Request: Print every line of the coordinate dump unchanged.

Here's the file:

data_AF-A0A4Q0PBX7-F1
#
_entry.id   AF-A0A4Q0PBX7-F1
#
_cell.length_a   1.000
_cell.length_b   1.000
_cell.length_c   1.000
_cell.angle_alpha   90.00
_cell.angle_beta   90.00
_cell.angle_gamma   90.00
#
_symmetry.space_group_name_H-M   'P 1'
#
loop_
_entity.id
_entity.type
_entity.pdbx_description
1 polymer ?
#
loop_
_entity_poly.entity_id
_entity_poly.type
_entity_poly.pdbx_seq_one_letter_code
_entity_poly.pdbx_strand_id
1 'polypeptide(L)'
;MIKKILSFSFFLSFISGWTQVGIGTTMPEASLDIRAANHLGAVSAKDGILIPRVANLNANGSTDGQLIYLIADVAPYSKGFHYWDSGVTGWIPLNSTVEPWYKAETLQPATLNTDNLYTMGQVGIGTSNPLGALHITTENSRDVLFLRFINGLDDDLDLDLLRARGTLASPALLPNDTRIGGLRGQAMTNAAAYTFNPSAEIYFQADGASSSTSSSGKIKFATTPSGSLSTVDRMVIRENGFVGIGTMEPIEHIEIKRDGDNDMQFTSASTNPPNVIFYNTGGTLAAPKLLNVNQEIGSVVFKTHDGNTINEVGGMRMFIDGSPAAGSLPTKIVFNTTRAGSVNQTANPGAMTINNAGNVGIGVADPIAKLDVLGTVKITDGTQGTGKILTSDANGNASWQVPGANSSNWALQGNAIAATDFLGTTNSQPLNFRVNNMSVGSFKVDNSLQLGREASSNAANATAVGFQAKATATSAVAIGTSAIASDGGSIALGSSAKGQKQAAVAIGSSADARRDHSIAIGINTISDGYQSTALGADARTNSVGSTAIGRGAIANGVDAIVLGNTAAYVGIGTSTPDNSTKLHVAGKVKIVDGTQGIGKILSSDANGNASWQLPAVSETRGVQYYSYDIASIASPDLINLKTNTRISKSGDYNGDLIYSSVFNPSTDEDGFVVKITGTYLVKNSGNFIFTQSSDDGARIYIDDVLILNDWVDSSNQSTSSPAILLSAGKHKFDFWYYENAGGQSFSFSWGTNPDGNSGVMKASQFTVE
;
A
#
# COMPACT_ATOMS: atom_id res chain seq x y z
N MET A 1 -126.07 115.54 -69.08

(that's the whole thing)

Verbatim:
data_AF-A0A4Q0PBX7-F1
#
_entry.id   AF-A0A4Q0PBX7-F1
#
_cell.length_a   1.000
_cell.length_b   1.000
_cell.length_c   1.000
_cell.angle_alpha   90.00
_cell.angle_beta   90.00
_cell.angle_gamma   90.00
#
_symmetry.space_group_name_H-M   'P 1'
#
loop_
_entity.id
_entity.type
_entity.pdbx_description
1 polymer ?
#
loop_
_entity_poly.entity_id
_entity_poly.type
_entity_poly.pdbx_seq_one_letter_code
_entity_poly.pdbx_strand_id
1 'polypeptide(L)'
;MIKKILSFSFFLSFISGWTQVGIGTTMPEASLDIRAANHLGAVSAKDGILIPRVANLNANGSTDGQLIYLIADVAPYSKGFHYWDSGVTGWIPLNSTVEPWYKAETLQPATLNTDNLYTMGQVGIGTSNPLGALHITTENSRDVLFLRFINGLDDDLDLDLLRARGTLASPALLPNDTRIGGLRGQAMTNAAAYTFNPSAEIYFQADGASSSTSSSGKIKFATTPSGSLSTVDRMVIRENGFVGIGTMEPIEHIEIKRDGDNDMQFTSASTNPPNVIFYNTGGTLAAPKLLNVNQEIGSVVFKTHDGNTINEVGGMRMFIDGSPAAGSLPTKIVFNTTRAGSVNQTANPGAMTINNAGNVGIGVADPIAKLDVLGTVKITDGTQGTGKILTSDANGNASWQVPGANSSNWALQGNAIAATDFLGTTNSQPLNFRVNNMSVGSFKVDNSLQLGREASSNAANATAVGFQAKATATSAVAIGTSAIASDGGSIALGSSAKGQKQAAVAIGSSADARRDHSIAIGINTISDGYQSTALGADARTNSVGSTAIGRGAIANGVDAIVLGNTAAYVGIGTSTPDNSTKLHVAGKVKIVDGTQGIGKILSSDANGNASWQLPAVSETRGVQYYSYDIASIASPDLINLKTNTRISKSGDYNGDLIYSSVFNPSTDEDGFVVKITGTYLVKNSGNFIFTQSSDDGARIYIDDVLILNDWVDSSNQSTSSPAILLSAGKHKFDFWYYENAGGQSFSFSWGTNPDGNSGVMKASQFTVE
;
A
#
# COMPACT_ATOMS: atom_id res chain seq x y z
N MET A 1 -126.07 115.54 -69.08